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Actor, model, businesswoman, and cancer survivor LeeAnne Hayden found ostomy support online – and helps others do the same.
When I first found out I might have to have a colostomy bag, I was devastated. I told my doctor that if he opened me up to remove the cancer and saw that I was going to need a bag, to close me back up and leave the cancer there. Now, because I had a great relationship with my surgeon, he pretty much yelled at me and said that if I was going to be in an ostomy pouch, it would be the last resort. His job was to save my life – and so I listened, and that’s exactly what he did.
I can’t imagine being here on this earth and not living full out. I speak with a lot of ostomates on my podcast and we all say the same thing: our ostomies have given us a second chance at life. They have also given us a community that we didn’t realize was even out there.
Finding ostomates and ostomy support groups online
I think that may have been the scariest part for me – thinking I was the only one, and that no one would understand that young or youngish people can have ostomy bags. Boy was I foolish to believe that. In the beginning, I didn’t know there were communities of people like me. It wasn’t until I started posting on social media about my journey that my friends/followers started to share more stories about other ostomates that they knew or had seen.
I then began searching online using the hashtag “#ostomy” and found so many people my age and older to connect with. I mean thousands – especially on Instagram. For some reason that platform has been the biggest one. Facebook also has a bunch of great ostomy support groups. And if you are into TikTok, search the hashtag there too! So many people are sharing their stories everywhere. You can build your ostomy community right online and surround yourself with people who understand what you are going through.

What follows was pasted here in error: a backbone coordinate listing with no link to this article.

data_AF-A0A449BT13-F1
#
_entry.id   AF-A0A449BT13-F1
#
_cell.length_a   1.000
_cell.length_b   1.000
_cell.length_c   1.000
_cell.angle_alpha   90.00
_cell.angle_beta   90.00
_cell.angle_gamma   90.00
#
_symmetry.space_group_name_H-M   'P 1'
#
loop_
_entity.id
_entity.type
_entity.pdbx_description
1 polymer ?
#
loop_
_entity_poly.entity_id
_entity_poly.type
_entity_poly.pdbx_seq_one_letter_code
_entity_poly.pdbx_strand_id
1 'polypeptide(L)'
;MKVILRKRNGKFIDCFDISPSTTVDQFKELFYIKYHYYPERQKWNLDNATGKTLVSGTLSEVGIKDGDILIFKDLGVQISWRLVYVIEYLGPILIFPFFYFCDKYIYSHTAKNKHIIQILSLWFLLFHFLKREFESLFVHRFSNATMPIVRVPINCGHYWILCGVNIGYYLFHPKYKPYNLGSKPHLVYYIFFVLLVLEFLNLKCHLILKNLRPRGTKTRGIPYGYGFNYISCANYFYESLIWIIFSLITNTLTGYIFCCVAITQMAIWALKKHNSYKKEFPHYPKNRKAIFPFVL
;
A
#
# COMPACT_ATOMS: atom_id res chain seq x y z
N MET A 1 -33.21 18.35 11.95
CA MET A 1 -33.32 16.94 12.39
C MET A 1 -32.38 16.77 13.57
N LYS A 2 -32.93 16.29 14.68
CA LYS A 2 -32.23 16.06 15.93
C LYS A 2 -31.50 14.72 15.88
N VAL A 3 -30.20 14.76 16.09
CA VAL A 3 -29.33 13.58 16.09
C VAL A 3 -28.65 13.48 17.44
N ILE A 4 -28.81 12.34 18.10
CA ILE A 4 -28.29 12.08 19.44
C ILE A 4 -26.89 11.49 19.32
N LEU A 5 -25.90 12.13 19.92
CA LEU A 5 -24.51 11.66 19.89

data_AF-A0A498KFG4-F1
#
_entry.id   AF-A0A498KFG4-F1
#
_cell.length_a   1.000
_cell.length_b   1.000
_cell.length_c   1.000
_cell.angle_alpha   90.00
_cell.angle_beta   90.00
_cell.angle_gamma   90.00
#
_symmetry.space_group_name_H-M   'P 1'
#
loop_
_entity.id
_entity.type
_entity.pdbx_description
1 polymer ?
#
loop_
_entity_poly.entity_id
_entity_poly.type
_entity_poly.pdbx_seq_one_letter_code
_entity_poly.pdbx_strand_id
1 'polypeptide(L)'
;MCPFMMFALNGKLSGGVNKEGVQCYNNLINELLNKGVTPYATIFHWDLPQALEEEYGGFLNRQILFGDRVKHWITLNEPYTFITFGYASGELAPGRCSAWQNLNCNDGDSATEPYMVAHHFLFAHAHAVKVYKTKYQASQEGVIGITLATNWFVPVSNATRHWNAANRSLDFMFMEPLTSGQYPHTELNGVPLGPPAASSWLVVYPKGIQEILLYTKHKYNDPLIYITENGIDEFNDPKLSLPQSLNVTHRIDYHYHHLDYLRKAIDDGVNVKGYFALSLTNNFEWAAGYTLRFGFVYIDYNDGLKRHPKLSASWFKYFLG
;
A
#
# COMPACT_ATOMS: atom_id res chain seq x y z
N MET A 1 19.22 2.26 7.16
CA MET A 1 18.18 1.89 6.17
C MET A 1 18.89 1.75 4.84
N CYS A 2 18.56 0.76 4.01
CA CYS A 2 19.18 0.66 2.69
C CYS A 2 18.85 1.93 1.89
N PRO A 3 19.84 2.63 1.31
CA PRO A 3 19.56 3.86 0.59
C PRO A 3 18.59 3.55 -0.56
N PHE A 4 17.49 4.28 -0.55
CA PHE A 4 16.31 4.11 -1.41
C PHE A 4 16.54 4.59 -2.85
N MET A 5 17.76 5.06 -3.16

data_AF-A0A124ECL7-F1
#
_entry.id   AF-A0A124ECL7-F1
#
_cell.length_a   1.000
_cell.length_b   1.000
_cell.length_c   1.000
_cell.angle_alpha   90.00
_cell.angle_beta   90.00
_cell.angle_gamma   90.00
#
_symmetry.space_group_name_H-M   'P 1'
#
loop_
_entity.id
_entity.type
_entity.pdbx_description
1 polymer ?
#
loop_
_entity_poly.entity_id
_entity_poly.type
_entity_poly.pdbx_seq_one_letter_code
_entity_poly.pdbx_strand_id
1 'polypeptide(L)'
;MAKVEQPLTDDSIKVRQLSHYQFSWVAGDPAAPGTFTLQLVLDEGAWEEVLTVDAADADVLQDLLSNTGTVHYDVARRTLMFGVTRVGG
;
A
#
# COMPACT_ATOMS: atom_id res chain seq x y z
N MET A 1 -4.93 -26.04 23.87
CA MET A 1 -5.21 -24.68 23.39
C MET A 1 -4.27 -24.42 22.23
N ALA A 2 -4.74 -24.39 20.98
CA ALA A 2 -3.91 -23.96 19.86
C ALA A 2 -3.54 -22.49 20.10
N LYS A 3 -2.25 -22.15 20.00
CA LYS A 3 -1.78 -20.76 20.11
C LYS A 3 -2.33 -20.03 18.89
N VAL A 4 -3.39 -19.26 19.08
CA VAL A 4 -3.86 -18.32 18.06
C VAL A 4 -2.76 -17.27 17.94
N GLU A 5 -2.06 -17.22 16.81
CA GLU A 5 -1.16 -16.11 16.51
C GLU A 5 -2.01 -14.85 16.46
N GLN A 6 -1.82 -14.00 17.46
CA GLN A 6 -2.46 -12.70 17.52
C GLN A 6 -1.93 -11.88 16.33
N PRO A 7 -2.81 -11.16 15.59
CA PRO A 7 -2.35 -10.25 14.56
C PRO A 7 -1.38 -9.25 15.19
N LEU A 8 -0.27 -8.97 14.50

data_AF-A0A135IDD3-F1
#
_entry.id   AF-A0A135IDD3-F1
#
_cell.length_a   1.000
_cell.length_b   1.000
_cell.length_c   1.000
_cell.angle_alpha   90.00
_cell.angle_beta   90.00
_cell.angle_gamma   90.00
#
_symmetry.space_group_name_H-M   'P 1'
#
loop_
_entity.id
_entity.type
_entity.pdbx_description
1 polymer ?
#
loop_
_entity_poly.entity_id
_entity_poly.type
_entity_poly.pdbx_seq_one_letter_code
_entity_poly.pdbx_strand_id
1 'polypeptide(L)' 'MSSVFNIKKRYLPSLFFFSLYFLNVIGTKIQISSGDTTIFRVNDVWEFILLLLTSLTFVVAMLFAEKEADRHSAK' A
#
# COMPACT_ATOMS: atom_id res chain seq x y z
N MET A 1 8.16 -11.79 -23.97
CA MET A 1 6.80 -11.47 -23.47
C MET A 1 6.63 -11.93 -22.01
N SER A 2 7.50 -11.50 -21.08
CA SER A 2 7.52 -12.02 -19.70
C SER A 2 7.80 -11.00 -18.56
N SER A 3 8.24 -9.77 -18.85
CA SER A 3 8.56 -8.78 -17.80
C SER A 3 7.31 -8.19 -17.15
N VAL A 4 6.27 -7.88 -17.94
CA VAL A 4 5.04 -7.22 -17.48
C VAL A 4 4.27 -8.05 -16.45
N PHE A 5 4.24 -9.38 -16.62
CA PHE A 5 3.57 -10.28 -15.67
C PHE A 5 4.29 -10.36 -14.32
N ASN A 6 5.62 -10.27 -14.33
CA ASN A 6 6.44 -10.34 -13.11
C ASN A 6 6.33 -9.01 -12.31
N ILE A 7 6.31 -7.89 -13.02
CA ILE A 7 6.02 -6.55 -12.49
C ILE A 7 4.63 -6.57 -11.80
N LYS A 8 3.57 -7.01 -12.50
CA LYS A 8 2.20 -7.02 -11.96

Creating “The Beautiful Bag” podcast and building an ostomy community
Once I started finding fellow ostomates, I decided to create The Beautiful Bag podcast to share their stories so that we all know we are not alone. Each week I host a guest who talks about their experiences and educates listeners about what it’s like to live with a stoma.
Through these interviews, I learned about Facebook groups, and local and national associations like the United Ostomy Associations of America (UOAA) where people meet up virtually or in person. I have yet to go to a live meeting, since I only discovered they were out there over this last year or so. But as I hear of in-person meetings happening, I will be going so I can meet more people. I have even met some amazing fellow ostomates through my association with Hollister as well!
By researching and reaching out, I’ve built such a great social media community around me. We all consider each other to be friends, real friends. We can call someone when we need to or ask questions in the Facebook groups. Having your family and friends is great; they will always be there to support you. They will even be empathetic and try to understand what you’re going through, which is wonderful. But there is nothing like having someone in your life who is walking in the same shoes that you are, that can understand the struggles you may be going through.
Talking to others about your ostomy
Speaking of families and friends, I remember that when I first had my ostomy I had so many concerns when getting together with people, even though most knew about my situation. I wondered all kinds of things: How am I going to answer their questions? What if my stoma makes noise? What if it smells? You all know those questions that we ask ourselves.
I was so surprised when most people didn’t ask and left it to me to have the conversation if I wanted too. My ostomy did make some noises. One of the things my surgeon had suggested was that I name my stoma. So, I named it Ivan after my surgeon. When Ivan made noise and someone looked at me, I would just say. “Oh that’s just Ivan, my ostomy”. It took the pressure off and would even sometimes start a conversation. My message to you is to enjoy your time with your family and friends, and have the conversations you are comfortable with. Most people won’t know you have an ostomy unless you want them to.
And always know you can reach out to me personally on social media. I am here on this journey with you!
To learn more about LeeAnne Hayden and connect with the ostomy community, listen to The Beautiful Bag podcast, visit leeannhayden.com, or follow @leeannehayden on Instagram, Facebook, and YouTube.
Financial Disclosure: LeeAnne received compensation from Hollister Incorporated for her contribution to this article.
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